Unaccompanied kids fleeing from violence need more help in New Jersey

Last week at the Texas border Secretary of Homeland Security Jeh Johnson said, “The message has to be that our border is not open to illegal immigration and we are sending people back … You will be sent back.” In contrast, the United Nations High Commissioner for Refugees produced a report Children on the Run that included a study “which concluded than 58% of the 404 fleeing children interviewed at the Mexican border were forcibly displaced because they suffered or faced harms that indicated a potential or actual need for international protection.” While the U. S. is urging countries to provide refuge for Syrians fleeing violence, it is taking a hypocritical and contrary position within its own borders. Homeland Security refers to these people as aliens and illegal immigrants, and on Wednesday, President Obama said, it was likely that most would be sent back to their countries.

However, Rep. Rush Holt has a different take on the matter. Last week while meeting with NJ immigration advocates including First Friends of NY/NJ, he stated, “They are refugees. That’s how we can start, by using the appropriate language.”

Below are suggestions as to how we can further help these frightened, endangered refugees arriving in New Jersey.  

To assist these refugees the State should provide emergency grants to non-profit advocacy/services groups. For example, before these refugees can even leave the detention centers and arrive in New Jersey, the person who seeks to be their sponsor must first review and complete a “Family Reunification Packet” of eight items including an application, digital finger print instructions for the sponsor, care agreement, sponsor handbook, and more. The packet would be too complicated for most of us but even more so for a typical immigrant parent, relative or friend who seeks to sponsor a child.

Rosa Santana of First Friends explained one of her complex cases of a local person who is the father of one child and the uncle of another (one 14 and the other 16 years old) who are still in Texas detention. The father/uncle needs help in filling in the forms and will soon be taken Catholic Charities in Newark for finger-printing. Once they complete the process and mail a packet to the federal Office of Administration for Children and Families, they await a case determination. This is just one example of how much assistance immigrants need in our bureaucratic system and why these agencies deserve more funding.    

Our State government should also issue emergency grants for specialized training and compensation for immigration lawyers. After being detained in sometimes inhumane, overcrowded facilities near the border for weeks these kids arrive in New Jersey where they must deal with the Newark Federal Immigration Court and its complicated procedures in order to seek asylum. They have no public defender, they don’t speak English, they are too young to understand the legal process and their parent or guardian is equally ill-prepared to navigate the system.

There are some non-profit agencies in NJ which offer legal assistance, a few at no cost and most at a reduced rate, but there are too few knowledgeable lawyers involved. To qualify for asylum a child must prove he or she has been persecuted or risks further threats in the future over race, religion, nationality, or membership in a particular social group. Such proof is hard to obtain from the country of origin where the police are often in cahoots with traffickers, gang leaders, and heavy-handed military. The burden of proof is on the kids and their family to convince a judge to grant asylum. These agencies desperately need additional funding in order to prevent qualified refugees from being deported back to frightening, life-threatening conditions.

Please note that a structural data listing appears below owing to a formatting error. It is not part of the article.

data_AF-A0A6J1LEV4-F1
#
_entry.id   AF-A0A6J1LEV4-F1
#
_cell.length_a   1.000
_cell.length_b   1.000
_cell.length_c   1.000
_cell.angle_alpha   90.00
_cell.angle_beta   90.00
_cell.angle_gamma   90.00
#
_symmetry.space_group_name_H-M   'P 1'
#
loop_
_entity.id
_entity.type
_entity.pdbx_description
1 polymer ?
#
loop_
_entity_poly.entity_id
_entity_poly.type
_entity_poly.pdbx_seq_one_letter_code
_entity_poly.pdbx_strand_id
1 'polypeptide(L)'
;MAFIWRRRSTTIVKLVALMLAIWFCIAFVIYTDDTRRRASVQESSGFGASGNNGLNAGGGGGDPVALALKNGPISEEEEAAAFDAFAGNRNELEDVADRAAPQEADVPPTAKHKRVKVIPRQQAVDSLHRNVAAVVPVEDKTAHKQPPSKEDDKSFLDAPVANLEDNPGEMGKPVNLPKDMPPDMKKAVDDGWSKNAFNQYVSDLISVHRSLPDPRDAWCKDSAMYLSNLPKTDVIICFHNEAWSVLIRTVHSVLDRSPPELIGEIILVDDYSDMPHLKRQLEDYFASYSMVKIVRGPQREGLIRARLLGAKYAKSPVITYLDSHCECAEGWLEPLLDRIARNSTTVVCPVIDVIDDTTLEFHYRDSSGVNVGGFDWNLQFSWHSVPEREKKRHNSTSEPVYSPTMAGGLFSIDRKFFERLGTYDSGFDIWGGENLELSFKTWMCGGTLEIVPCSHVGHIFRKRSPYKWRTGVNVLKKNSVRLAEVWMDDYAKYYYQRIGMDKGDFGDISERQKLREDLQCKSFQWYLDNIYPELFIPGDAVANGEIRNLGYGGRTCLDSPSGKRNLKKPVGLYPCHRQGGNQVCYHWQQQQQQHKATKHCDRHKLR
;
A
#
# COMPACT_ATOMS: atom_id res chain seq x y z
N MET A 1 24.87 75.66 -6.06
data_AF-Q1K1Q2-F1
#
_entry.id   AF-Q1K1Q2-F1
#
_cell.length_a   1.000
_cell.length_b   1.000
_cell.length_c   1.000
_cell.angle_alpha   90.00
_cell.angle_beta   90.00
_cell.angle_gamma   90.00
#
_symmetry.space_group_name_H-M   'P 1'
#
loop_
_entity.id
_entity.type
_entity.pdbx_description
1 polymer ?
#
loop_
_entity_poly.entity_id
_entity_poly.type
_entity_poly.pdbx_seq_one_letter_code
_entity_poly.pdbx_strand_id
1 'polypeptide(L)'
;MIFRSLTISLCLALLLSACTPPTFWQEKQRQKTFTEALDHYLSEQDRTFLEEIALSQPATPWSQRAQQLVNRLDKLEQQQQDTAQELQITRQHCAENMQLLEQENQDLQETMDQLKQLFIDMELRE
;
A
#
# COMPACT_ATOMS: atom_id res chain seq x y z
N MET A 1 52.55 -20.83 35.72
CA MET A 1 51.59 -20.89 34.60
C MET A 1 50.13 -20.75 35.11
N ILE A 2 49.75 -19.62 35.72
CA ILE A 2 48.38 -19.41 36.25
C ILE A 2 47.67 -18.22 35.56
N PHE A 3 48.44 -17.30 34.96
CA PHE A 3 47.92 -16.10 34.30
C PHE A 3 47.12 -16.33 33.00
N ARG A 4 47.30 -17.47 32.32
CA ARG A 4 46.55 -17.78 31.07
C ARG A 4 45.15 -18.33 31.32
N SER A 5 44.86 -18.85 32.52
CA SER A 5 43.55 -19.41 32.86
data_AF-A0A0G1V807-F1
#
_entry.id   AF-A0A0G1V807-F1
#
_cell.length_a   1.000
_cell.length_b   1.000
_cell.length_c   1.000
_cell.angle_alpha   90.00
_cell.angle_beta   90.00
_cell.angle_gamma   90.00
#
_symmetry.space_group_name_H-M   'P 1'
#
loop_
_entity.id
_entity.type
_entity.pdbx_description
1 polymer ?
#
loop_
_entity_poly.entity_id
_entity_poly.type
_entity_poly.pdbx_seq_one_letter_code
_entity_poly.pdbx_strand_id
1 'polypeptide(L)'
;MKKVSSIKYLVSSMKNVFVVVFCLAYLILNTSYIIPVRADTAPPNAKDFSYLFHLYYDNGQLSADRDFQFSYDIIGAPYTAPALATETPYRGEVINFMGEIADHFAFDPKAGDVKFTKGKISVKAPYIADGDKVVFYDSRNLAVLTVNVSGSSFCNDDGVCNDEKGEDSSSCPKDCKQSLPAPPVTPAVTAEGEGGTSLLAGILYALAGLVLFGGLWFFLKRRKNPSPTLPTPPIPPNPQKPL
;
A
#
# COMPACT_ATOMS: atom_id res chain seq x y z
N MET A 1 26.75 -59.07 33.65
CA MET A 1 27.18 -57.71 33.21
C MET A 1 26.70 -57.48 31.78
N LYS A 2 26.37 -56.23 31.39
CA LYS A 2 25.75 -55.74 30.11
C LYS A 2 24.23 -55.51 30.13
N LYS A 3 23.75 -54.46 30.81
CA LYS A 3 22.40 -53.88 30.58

So far it appears that none of these kids in New Jersey are being held in detention. However, one who was sent mistakenly to our state and scheduled to be detained here was rescued by First Friends, given a place to sleep for a few nights, and helped to return to Texas where a relative was awaiting him.

New Jerseyans by and large have been supportive of immigration in our state. According to Kids Count Data Center’s most recent 2012 census New Jersey has 645,000 Children In Immigrant Families Who Are U.S. Citizens and 255,000 Children In Immigrant Families In Which Resident Parents Are Not U.S. Citizens. Governor Christie signed the Dream Act which granted in-state tuition rates to children who are undocumented. We have not seen here the type of of ugly protest which took place in Murrieta, California, and which may be repeated again today in Arizona.

Of course as NJ Spotlight points out in an excellent article not all are as supportive. Gayle Kesselman, cochairwoman of New Jersey Citizens for Immigration Control NJCIC) said, “the administration was unconcerned with the impact that immigration had on American workers. We have a federal government that is looking to provide jobs and legal services for illegal immigrant children and teenagers.” NJCIC‘s clarion call is “Stop the Invasion.”  

There are things our NJ government can do to help these refugees. In the long term comprehensive national immigration reform is the most important need. In the meantime people can donate to non-profit immigration groups included on this updated local legal services provider list.

See also the Blue Jersey diary Unaccompanied kids fleeing violence to the U.S.: A morning in NJ’s immigration Court.  

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